Jon Hegranes, founder and CEO of Kittyhawk, told Avionics the community approach to rulemaking illustrated that the FAA is thinking about UAM “in a new way and not trying to squeeze UAM into legacy systems,” but the proposed PSU architecture adds unnecessary complexity.

“The creation of a new PSU structure that needs to interact with the established USS framework adds unwarranted complexity,” Hegranes said. “Laying the conops of the Notional UAM Architecture diagram over the Notional UTM Architecture should have a lot more overlap and synergies whereas we have two very different diagrams.”

Christopher Cooper, director of regulatory affairs for the Aircraft Owners & Pilots Association (AOPA), told Avionics his organization supports efforts to safely add new entrants and operations into the airspace, but is concerned that the document’s emphasis on creating exclusive corridors would lock a variety of users and aircraft out of important airspace through technology and performance requirements, an approach more emblematic of separation than integration.

The ConOps briefly mentions the role of the public or local public safety organizations — as recipients of remote ID information, for example. But the document does not provide a process for local authorities and elected officials to be meaningfully involved in the location and creation of FAA-approved Corridors, noted Anna Dietrich, co-director of the Community Air Mobility Initiative (CAMI).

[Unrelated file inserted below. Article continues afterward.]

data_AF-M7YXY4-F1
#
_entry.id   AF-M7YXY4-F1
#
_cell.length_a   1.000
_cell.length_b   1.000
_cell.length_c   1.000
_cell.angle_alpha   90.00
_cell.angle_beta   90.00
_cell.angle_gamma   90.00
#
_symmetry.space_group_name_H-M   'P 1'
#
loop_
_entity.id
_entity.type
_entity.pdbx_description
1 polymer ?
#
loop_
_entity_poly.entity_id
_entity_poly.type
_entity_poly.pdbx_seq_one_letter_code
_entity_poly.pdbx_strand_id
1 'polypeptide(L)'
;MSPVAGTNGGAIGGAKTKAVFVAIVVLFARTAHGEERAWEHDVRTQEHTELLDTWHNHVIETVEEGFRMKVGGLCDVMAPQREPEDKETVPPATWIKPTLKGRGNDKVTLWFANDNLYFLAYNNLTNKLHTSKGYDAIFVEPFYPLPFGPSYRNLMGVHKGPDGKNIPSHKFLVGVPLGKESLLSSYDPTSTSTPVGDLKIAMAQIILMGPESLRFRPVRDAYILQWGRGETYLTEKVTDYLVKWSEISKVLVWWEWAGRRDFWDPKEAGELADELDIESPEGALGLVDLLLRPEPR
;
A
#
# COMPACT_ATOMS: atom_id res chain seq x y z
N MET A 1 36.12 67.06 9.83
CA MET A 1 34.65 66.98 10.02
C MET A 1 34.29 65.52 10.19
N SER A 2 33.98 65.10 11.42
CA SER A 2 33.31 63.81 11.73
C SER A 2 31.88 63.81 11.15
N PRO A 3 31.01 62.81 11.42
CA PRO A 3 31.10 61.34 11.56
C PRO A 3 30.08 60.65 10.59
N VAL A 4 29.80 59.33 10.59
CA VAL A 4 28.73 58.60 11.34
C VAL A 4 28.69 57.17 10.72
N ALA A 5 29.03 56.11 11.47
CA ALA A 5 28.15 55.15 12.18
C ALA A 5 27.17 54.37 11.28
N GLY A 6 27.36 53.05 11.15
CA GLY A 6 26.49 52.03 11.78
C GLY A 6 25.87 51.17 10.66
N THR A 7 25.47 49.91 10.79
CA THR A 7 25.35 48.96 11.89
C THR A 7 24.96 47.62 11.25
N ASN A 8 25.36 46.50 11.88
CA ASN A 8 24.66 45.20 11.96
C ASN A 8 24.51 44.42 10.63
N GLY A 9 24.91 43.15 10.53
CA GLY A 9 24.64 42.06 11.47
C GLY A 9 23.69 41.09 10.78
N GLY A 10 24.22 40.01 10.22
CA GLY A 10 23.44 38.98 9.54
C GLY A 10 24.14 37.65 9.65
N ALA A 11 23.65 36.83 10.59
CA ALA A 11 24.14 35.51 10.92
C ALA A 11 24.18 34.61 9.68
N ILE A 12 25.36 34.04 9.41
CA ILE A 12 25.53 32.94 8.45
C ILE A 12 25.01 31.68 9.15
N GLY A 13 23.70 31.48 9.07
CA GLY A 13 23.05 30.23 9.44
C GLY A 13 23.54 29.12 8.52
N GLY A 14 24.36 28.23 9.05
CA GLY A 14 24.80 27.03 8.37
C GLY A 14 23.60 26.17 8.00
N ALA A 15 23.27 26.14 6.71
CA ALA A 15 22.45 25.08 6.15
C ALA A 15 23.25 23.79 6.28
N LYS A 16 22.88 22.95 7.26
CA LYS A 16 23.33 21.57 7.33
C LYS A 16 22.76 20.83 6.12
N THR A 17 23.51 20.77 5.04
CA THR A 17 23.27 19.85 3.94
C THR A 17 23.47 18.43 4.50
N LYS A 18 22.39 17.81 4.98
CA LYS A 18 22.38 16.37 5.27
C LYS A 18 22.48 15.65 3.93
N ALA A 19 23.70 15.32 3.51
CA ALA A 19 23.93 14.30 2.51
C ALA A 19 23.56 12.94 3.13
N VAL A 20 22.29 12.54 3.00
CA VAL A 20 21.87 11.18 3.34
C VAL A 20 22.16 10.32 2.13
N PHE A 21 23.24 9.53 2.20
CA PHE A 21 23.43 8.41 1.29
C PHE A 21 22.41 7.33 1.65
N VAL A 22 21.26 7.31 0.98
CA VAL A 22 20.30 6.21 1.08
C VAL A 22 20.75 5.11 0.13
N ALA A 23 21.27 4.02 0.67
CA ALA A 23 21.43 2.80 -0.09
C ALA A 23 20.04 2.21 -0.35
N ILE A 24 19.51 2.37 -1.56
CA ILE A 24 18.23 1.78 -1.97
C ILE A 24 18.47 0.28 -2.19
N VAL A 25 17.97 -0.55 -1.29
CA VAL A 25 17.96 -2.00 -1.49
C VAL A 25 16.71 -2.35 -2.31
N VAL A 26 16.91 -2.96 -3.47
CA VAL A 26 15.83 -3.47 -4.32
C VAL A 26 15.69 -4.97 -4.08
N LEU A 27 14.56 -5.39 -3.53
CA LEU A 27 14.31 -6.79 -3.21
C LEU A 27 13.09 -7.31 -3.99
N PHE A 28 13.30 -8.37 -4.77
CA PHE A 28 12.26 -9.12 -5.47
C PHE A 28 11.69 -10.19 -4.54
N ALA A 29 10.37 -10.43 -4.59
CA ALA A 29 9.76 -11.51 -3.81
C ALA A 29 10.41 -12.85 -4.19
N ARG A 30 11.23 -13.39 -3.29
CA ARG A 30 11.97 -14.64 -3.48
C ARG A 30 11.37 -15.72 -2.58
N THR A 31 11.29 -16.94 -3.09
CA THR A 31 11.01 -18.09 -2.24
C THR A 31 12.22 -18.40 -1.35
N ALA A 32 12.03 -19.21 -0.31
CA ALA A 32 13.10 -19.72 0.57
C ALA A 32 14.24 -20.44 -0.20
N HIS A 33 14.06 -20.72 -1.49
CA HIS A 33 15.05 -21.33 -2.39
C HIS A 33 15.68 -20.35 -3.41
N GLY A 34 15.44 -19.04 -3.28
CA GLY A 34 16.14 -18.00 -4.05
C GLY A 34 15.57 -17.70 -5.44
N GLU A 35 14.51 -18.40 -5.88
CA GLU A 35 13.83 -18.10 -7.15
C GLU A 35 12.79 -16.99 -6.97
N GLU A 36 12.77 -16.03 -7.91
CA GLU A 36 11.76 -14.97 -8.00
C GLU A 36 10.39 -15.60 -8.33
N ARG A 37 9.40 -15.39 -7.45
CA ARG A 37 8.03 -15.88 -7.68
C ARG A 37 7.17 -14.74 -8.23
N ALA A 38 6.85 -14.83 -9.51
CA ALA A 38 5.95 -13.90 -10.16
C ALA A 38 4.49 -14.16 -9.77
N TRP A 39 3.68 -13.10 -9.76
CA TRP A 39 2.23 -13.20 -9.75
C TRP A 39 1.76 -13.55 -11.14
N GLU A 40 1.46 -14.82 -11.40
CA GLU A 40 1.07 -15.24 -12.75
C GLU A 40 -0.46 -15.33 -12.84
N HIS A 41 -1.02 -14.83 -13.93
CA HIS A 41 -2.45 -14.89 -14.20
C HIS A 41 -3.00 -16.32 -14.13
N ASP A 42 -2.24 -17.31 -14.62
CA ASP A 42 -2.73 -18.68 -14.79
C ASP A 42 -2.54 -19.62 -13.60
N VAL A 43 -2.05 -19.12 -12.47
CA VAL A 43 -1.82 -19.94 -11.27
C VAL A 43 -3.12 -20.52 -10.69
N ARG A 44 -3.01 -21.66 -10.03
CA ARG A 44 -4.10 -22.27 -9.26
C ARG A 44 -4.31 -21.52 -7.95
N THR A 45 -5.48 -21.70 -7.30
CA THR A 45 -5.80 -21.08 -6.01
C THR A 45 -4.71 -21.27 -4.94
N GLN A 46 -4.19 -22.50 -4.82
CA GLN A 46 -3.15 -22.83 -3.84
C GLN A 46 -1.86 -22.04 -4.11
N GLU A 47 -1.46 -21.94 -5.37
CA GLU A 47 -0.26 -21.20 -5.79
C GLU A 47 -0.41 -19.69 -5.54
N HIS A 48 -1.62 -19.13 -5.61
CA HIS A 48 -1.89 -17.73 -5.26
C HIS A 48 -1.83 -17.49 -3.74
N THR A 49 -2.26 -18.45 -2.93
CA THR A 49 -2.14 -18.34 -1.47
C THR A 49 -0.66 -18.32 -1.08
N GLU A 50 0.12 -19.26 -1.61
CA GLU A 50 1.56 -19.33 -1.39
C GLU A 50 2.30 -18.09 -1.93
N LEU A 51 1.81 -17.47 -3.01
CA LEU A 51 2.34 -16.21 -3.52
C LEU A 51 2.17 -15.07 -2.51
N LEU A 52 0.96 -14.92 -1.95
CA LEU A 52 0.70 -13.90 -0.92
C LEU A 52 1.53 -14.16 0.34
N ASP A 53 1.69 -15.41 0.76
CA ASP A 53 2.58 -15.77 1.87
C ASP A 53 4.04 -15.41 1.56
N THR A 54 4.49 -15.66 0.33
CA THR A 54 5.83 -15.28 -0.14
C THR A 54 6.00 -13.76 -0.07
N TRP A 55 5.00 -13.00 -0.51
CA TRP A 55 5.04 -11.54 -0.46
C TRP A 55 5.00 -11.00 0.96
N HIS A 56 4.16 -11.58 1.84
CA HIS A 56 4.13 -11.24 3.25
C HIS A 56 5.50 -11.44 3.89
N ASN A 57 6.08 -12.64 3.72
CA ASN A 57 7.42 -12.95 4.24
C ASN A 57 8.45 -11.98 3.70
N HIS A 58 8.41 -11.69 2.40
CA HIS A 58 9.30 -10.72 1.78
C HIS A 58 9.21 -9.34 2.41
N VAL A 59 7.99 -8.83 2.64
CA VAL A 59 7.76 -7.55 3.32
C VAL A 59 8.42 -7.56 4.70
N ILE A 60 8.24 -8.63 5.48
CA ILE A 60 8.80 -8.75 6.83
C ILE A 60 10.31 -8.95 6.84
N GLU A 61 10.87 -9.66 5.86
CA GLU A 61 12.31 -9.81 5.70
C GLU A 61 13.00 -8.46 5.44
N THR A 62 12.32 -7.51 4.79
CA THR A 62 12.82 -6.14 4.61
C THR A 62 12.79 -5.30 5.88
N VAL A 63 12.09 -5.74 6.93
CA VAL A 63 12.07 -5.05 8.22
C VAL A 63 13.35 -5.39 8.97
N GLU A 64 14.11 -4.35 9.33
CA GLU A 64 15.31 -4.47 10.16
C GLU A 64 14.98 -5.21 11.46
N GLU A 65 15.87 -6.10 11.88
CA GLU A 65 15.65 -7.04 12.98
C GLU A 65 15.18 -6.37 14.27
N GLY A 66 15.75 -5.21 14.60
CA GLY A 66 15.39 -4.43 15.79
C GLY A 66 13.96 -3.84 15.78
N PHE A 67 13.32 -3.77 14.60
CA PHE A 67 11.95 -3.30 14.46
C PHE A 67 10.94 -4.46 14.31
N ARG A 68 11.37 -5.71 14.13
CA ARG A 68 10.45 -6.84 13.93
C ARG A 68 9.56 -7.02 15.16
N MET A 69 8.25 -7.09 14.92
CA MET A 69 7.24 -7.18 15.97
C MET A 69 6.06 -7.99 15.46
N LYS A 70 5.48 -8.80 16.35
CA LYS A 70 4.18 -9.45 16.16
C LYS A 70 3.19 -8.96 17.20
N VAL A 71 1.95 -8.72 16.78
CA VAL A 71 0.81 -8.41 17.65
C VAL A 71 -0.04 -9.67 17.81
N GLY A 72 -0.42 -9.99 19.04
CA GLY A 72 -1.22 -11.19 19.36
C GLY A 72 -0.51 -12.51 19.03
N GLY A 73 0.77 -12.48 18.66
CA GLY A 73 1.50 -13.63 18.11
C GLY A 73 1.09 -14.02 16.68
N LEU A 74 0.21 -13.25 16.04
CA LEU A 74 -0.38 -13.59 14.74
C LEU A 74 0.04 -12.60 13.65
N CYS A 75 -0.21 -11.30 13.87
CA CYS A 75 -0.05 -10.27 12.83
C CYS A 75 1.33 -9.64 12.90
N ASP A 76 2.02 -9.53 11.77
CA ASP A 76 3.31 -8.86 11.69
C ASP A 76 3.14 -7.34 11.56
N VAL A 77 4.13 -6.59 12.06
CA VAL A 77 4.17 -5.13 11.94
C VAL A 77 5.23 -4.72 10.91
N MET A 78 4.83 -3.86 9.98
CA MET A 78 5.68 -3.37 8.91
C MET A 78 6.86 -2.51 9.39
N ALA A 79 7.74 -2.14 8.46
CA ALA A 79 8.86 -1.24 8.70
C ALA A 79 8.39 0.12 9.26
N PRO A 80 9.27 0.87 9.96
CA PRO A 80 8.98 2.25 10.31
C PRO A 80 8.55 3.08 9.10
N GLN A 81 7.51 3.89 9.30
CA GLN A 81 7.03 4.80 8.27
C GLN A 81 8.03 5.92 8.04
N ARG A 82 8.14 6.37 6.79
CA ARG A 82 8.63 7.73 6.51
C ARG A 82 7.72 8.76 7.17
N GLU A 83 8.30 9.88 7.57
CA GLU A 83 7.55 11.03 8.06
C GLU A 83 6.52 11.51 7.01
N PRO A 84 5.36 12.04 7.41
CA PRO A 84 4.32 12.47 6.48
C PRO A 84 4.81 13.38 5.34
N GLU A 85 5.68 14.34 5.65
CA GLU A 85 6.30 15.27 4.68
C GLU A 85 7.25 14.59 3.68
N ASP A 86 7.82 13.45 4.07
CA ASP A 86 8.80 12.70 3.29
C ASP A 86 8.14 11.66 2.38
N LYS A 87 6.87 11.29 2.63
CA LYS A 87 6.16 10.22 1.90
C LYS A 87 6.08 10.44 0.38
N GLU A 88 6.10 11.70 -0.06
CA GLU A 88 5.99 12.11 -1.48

“The geographic determination of the aerodrome locations and the corridors themselves is a question that must have a high level of input from local authorities and the communities in which the aircraft will be operated,” Dietrich wrote in a personal blog post. “While … I support the idea that the FAA has preemption over all airspace, the document is silent on the role that local land use zoning and other tools might play in ensuring that appropriate effort be made to achieve the maximum balance of economic and community benefit, utility, adverse impact mitigation, transit integration, and social equity for these corridors.”

Dietrich also raised a number of other concerns about the document, including the lack of strong protection of the corridors from surrounding uncooperative air traffic, little discussion of vehicle-to-vehicle (V2V) self-deconfliction and sequencing, and the potential for inequitable access to corridors through demand capacity balancing.

NASA is working on its own UAM concept of operations that will be published in the next few months, according to Parimal Kopardekar, director of the NASA Aeronautics Research Institute (NARI), though that document will focus on scalable operations at a greater maturity level rather than early integration.

As is the case with all “first stabs” at something entirely new, the FAA’s V1.0 UAM ConOps document leaves the careful reader with many more questions than answers, but the beginnings of a vision for UAM integration without direct ATC involvement are evident.